How to Write and Keep Your New Year’s Resolutions
The New Year is around the corner and so are some New Year’s resolutions. But most of us fail to keep up with these new goals. The number one reason we fail to fulfill these resolutions is because they’re boring, or maybe you’re being hard on yourself, or perhaps your goal isn’t that specific. 5-Minute Crafts presents some easy-to-follow tips to help you keep the cliché-motivational stuff away.
1. Be specific about the changes you’d like to make in yourself.
Following resolutions becomes easy when you have specific parameters or tiny achievable goals that add to your bigger picture.
For instance, if your resolution is to save money, you can be specific about it by saving $30 a week by eating out for one less meal. It also keeps you motivated along your journey. And every time you meet such tiny milestones, you get a reason to celebrate.
2. Make a month’s resolution instead of a year’s resolution.
When you set a month’s resolution, you can easily build onto the habit of achieving your tiny milestones mentioned in the point above.
For instance, if you’ve never exercised at all and wish to work out 4 times a week for 60 minutes, then try breaking it down as follows:
First month: Exercise twice a week for 15 minutes a day.
Second month: Exercise thrice a week for 20 minutes a day.
Third month: Exercise thrice a day for 30 minutes a day.
This will help you achieve your bigger goal by working out 4 times a week for 60 minutes.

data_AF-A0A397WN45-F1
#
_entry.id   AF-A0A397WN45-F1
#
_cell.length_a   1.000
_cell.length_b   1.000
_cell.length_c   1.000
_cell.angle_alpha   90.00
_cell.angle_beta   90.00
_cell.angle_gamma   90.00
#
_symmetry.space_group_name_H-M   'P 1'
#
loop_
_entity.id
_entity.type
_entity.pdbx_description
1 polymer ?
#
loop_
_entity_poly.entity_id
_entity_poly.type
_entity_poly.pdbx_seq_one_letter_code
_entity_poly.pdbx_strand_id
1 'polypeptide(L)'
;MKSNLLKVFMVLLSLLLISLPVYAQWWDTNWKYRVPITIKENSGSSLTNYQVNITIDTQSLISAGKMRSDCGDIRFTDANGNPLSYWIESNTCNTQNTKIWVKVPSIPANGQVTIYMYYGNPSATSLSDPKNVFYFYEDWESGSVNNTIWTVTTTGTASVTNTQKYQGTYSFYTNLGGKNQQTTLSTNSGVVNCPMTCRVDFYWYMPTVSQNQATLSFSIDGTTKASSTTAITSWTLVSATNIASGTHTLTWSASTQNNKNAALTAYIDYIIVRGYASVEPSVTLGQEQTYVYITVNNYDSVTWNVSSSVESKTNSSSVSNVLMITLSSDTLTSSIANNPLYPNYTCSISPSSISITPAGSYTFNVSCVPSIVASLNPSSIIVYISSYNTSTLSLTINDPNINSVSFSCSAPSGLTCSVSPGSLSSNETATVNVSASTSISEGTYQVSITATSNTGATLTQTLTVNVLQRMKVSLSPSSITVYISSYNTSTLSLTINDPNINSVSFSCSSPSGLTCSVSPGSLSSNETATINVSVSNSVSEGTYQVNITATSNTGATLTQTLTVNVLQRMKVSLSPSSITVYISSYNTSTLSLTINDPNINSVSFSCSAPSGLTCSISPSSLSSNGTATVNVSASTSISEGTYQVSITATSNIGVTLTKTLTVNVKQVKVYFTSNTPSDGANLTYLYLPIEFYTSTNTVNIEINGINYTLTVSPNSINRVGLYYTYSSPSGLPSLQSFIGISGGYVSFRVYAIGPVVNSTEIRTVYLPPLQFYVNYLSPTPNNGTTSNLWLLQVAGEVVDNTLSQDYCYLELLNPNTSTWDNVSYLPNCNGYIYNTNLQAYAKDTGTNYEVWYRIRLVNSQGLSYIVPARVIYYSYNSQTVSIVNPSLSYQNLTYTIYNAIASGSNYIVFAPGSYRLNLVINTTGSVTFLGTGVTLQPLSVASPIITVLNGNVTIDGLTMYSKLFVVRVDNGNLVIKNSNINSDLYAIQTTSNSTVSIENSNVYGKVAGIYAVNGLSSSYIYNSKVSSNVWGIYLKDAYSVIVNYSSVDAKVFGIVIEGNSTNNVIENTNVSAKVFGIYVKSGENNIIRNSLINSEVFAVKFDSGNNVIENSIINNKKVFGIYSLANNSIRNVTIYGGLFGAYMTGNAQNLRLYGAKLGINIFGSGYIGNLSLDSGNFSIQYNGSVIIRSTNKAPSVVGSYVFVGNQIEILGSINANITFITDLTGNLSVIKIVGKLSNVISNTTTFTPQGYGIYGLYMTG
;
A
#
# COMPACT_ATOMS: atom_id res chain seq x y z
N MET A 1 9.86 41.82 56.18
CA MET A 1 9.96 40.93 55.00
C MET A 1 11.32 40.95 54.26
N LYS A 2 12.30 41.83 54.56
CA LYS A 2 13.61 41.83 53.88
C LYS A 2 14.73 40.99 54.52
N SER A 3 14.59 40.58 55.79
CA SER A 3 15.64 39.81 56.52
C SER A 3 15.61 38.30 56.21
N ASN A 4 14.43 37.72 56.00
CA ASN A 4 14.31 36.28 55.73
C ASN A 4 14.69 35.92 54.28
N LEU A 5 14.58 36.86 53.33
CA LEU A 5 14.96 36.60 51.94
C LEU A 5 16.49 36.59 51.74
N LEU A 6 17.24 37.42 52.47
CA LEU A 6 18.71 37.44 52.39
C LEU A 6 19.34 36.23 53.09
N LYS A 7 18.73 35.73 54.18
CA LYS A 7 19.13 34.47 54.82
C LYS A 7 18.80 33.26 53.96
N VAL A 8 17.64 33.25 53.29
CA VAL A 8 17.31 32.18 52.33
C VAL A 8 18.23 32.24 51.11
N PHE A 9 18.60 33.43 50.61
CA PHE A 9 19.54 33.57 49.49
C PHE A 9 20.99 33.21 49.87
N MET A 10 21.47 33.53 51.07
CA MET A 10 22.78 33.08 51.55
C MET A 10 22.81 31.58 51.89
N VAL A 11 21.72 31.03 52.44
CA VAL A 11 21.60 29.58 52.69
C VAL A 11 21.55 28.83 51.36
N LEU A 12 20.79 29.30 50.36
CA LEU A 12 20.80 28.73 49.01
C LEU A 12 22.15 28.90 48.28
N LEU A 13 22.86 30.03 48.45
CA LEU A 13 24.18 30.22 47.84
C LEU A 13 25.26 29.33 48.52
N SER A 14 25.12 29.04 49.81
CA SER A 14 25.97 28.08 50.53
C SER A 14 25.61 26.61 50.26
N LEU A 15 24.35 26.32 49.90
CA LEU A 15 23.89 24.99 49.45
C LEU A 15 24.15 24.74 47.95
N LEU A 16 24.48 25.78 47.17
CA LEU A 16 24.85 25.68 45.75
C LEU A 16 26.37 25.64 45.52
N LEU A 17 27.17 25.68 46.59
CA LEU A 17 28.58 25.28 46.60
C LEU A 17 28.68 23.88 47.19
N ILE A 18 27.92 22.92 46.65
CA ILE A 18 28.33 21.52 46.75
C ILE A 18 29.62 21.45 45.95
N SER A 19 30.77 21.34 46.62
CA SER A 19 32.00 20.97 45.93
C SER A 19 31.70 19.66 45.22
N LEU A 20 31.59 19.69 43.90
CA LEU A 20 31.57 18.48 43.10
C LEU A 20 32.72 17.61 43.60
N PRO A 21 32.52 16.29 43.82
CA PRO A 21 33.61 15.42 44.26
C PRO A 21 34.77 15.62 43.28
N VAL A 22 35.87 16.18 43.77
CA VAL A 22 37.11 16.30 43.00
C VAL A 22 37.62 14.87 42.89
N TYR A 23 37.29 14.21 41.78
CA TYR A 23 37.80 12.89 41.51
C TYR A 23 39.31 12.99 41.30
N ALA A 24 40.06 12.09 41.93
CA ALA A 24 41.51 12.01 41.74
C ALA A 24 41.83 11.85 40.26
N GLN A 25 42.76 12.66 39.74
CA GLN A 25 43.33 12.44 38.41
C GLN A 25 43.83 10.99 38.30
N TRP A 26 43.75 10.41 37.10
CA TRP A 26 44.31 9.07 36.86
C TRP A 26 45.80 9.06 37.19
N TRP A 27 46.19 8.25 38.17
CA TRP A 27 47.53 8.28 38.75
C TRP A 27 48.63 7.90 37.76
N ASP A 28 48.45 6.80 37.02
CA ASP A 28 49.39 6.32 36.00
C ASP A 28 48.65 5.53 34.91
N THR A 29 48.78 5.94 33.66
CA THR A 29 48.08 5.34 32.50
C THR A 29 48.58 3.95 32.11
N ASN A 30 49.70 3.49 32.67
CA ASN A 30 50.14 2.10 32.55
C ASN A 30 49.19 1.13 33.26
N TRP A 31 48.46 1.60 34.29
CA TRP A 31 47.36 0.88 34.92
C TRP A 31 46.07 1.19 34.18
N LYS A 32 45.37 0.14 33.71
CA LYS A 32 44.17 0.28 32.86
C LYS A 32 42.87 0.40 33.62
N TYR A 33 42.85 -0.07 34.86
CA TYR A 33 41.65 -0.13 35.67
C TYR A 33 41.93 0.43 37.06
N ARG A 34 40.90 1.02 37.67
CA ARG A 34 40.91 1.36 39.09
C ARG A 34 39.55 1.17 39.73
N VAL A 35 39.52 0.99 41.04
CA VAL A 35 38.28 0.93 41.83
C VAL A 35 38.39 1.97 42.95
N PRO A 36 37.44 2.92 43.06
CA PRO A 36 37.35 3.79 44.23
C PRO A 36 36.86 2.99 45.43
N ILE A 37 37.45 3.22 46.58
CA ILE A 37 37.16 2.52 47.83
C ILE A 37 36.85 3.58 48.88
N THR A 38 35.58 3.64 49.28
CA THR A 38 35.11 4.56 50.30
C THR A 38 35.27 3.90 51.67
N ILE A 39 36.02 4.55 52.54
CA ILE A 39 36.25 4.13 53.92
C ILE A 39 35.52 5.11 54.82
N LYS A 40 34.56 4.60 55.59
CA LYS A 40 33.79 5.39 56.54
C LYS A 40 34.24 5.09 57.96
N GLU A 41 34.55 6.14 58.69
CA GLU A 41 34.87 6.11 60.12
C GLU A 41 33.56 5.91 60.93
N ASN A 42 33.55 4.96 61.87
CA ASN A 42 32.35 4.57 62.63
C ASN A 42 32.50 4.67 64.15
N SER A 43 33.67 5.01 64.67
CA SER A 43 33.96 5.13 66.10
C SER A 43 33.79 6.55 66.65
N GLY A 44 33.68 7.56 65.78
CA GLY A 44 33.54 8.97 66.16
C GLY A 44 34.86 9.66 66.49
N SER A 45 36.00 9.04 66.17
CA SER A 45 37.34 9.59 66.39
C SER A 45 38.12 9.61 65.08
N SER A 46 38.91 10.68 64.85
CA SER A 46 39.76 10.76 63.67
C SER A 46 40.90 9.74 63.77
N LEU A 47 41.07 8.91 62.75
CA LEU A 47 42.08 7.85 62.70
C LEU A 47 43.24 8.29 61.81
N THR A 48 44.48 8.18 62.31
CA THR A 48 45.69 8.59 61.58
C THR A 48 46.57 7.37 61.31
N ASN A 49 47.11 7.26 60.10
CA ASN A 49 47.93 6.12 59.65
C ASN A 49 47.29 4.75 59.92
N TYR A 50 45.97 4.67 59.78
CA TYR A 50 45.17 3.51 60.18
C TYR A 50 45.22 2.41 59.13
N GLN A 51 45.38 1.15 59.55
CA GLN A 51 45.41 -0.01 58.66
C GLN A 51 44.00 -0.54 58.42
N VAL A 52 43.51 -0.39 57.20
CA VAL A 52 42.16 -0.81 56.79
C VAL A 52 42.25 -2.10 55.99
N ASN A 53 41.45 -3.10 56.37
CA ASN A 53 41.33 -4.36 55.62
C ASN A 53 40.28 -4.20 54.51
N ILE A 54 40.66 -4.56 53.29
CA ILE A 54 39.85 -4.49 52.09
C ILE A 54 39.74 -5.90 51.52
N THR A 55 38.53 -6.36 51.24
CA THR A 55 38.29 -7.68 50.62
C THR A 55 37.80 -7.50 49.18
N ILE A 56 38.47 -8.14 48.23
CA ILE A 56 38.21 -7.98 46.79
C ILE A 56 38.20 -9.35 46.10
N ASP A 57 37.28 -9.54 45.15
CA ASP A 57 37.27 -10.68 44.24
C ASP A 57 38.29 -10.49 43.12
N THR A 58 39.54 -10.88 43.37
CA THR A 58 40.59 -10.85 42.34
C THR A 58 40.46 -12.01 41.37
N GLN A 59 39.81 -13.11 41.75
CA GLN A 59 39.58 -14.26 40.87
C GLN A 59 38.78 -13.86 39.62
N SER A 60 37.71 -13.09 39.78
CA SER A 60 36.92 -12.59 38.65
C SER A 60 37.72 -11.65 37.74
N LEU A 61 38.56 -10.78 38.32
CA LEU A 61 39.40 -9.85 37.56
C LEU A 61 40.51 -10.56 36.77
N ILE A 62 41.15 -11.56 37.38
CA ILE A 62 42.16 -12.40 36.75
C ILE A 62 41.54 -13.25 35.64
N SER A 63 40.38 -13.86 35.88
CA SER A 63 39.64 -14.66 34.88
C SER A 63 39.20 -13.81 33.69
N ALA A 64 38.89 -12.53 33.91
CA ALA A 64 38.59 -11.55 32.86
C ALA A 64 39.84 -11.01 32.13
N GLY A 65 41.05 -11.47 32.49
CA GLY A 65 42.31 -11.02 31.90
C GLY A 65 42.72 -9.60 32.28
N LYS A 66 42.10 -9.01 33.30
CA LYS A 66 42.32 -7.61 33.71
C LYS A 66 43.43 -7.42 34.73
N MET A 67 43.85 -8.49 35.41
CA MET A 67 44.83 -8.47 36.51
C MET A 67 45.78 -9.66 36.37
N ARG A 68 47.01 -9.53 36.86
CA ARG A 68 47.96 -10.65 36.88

- Also, don’t wait around for Monday or the first day of the month, begin with the next opportunity.
3. Try a New Year’s theme instead of a New Year’s resolution.
This means that instead of listing random goals to accomplish, choose your resolutions carefully in a way that gives them bigger meaning altogether. In other words, you can select a theme to work on for the entire year.
You can opt for “relationships” as your theme, where you focus on making good friends and having healthy bonds. Or maybe “self-responsibility,” where you take accountability over your decisions regarding health and finances.
The good part about setting a theme is that even if you fail to accomplish a specific goal, you can always find a way to get back on track.
4. Train yourself into developing healthy habits.
Doing things repeatedly builds a habit, and when you don’t, your resolutions could easily fail. That being said, begin small at first, and let the habits develop on their own course.
For instance, if your resolution is to keep everything organized, you don’t begin by keeping things in place. Instead, begin trying to train yourself to always keep things where you found them. Try this method for a few months. Doing things repeatedly will develop a habit.
5. Keep your goals fun.
When you involve fun and lightheartedness in your goals, your brain gets a hit of dopamine. Dopamine triggers the happy system in your brain, which makes your activity rewarding in itself. It also helps you learn better and allows your brain to retain more information.
For instance, you may want to learn French and get a few French books at a great bargain, but you hate reading. Instead, you can make this learning activity fun by discovering a great French YouTuber every month and exploring the language in the most native way.